2 Consumer Defensive Stocks that You Can Take All the Way to the Bank!

Sleep easy at night with shares in these two leading defensive businesses including High Liner Foods Inc (TSX:HLF) currently yielding shareholders a 7.38% dividend annually.

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Regardless of where things are at in the market cycle, it’s never a bad idea to have a few defensive consumer stocks peppered throughout an investor’s portfolio.

Defensive-style stocks will most often be found in businesses whose sales cycles are more reliable and less vulnerable to swings in consumer sentiment.

For example, if the economy is expanding and corporate profits are on the rise, it tends to result in higher wages for employees and stronger market returns overall.

Those earnings and profits can in turn be reinvested back into the economy through large consumer discretionary purchases on such things as a new automobile, vacation property or home furnishings.

Conversely, when the economy isn’t doing so well, most households will tend to scale back on these types of optional, or discretionary, purchases until things begin to improve again.

In the meantime, everybody still needs the essentials — a place to call home, a way to get to and from work, and food to eat every day are all parts of our everyday life that we simply can’t afford to go without.

So even when economic times are tough, businesses that sell these types of goods and offer these types of services will still tend to perform relatively well.

Enter George Weston Limited (TSX:WN).

The story of George Weston Limited began back in 1882 with a wagon load of fresh-baked bread, and it’s a business that has been passed on down through four generations with a mission to bring food to every day Canadians and improving the quality of life in communities where it does business.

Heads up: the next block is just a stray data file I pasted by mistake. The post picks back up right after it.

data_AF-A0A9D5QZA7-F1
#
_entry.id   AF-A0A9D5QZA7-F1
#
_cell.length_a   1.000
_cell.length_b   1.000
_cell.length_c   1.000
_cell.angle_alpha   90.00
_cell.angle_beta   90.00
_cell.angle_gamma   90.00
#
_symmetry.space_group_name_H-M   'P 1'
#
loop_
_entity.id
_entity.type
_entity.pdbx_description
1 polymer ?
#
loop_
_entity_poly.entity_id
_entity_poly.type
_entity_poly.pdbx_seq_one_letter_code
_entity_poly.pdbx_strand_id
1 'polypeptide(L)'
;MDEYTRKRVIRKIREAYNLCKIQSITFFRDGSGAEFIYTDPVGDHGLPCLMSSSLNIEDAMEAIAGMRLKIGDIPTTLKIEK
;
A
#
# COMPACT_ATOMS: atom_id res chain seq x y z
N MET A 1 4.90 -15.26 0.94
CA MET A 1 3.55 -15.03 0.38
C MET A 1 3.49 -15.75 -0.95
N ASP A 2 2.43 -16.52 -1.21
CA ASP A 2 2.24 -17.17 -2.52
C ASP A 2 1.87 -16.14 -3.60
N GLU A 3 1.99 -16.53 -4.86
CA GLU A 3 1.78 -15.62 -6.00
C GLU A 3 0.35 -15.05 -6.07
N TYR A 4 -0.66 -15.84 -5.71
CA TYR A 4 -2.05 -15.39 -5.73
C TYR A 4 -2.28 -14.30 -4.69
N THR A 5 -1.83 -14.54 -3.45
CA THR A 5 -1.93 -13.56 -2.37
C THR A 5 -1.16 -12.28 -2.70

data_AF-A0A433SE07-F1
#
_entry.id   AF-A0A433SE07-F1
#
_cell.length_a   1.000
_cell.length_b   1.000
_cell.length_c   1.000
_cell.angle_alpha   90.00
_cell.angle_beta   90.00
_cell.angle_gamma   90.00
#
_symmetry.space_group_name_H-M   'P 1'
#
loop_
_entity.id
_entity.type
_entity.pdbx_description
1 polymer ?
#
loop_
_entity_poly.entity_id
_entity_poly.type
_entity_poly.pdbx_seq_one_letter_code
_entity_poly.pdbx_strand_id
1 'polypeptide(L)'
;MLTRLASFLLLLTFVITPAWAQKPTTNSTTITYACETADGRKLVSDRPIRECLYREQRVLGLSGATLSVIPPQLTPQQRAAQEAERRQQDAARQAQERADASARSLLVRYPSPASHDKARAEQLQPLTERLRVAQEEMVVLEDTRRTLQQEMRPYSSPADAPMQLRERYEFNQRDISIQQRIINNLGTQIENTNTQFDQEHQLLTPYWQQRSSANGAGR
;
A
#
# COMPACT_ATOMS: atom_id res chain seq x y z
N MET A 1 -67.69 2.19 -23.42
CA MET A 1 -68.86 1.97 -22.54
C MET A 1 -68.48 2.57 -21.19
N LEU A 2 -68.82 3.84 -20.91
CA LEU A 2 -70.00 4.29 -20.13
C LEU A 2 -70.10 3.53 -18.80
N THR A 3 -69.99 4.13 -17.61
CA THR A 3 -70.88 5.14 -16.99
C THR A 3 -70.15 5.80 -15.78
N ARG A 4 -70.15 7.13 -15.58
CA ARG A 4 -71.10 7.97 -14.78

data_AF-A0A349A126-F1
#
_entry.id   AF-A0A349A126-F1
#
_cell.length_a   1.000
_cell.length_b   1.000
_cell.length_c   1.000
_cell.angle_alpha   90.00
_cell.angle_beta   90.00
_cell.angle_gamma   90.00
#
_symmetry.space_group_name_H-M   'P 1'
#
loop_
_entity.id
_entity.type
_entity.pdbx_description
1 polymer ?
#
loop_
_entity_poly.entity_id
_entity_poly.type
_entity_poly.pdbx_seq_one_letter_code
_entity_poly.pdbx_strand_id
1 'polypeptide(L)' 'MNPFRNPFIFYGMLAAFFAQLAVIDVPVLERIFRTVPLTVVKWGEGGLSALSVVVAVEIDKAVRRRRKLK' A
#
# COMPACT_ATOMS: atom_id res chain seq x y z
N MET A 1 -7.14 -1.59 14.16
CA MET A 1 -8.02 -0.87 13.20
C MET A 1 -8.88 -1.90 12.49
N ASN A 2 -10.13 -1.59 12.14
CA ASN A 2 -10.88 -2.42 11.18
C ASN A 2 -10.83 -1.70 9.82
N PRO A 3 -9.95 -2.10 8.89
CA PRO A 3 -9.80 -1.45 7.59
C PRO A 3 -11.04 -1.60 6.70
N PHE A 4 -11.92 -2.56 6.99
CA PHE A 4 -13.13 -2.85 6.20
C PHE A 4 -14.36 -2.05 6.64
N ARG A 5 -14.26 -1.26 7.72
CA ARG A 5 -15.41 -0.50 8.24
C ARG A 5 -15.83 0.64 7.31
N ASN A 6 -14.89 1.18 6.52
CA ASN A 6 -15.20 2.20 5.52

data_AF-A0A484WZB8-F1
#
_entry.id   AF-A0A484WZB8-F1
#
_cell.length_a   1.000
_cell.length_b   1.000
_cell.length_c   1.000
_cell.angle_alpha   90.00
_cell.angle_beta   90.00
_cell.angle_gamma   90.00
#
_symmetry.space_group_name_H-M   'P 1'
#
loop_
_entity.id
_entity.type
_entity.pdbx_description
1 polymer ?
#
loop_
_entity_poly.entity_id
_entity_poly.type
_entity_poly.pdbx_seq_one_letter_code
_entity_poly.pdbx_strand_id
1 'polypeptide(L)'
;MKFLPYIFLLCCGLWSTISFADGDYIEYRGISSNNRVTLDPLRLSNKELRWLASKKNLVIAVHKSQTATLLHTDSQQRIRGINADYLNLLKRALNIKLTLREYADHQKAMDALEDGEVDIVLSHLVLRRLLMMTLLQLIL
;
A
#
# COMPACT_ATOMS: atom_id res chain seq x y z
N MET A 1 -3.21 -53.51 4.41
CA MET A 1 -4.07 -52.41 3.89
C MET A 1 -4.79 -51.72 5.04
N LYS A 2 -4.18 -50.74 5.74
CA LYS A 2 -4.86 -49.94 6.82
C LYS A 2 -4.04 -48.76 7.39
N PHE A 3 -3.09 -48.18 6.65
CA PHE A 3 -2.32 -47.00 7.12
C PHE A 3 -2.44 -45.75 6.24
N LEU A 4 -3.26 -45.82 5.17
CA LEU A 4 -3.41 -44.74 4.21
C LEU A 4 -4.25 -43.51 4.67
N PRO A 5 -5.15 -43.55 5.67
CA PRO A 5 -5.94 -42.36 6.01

Thanks to its determined focus on long-term stable growth supported by ongoing capital investment, it’s a strategy that has helped it to become one of the largest corporations in North America.

In addition to its interests in the Loblaws and Weston Foods supermarket franchises, George Weston also acquired the $3.7 billion stake in Choice Properties Real Estate Investment Trust that was spun out from subsidiary Loblaw Companies Ltd last year.

In addition to an extensive network of food processing and distribution assets, Weston can also lay claim to owning the country’s largest diversified REIT. 

As long as there is an economy, there will be a demand for food and those that can supply it, and in this respect, George Weston may just be an ultimate consumer defensive stock.

Meanwhile, if you were to walk into your local Weston Foods or Loblaws and take a stroll over to the frozen foods section, it would be hard to miss seeing any one of High Liner Foods Inc (TSX:HLF) branded product lines including the likes of namesake High Liner, Fisher Boy and Sea Cuisine.

High Liner’s stock pays a 7.38% dividend yield, but that’s far from all there is to like about this company.

As North America’s leading processor of frozen seafood products, High Liner’s been around for a long time, with roots that date back all the way to 1899.

But it’s also been able pace with the changing times as well, recognized as a global leader and sourcing 99% of its seafood from sustainable fishery and agriculture methods.

Granted, the company’s fourth-quarter results left something to be desired, with sales and net profits down over the year ago period, but the company hopes that things will begin to improve again by 2020, aided in part by an organizational restructuring plan that aims to shave up to $10 million off annual expenditures.

This article represents the opinion of the writer, who may disagree with the “official” recommendation position of a Motley Fool premium service or advisor. We’re Motley! Questioning an investing thesis — even one of our own — helps us all think critically about investing and make decisions that help us become smarter, happier, and richer, so we sometimes publish articles that may not be in line with recommendations, rankings or other content.

Fool contributor Jason Phillips has no position in any of the stocks mentioned.

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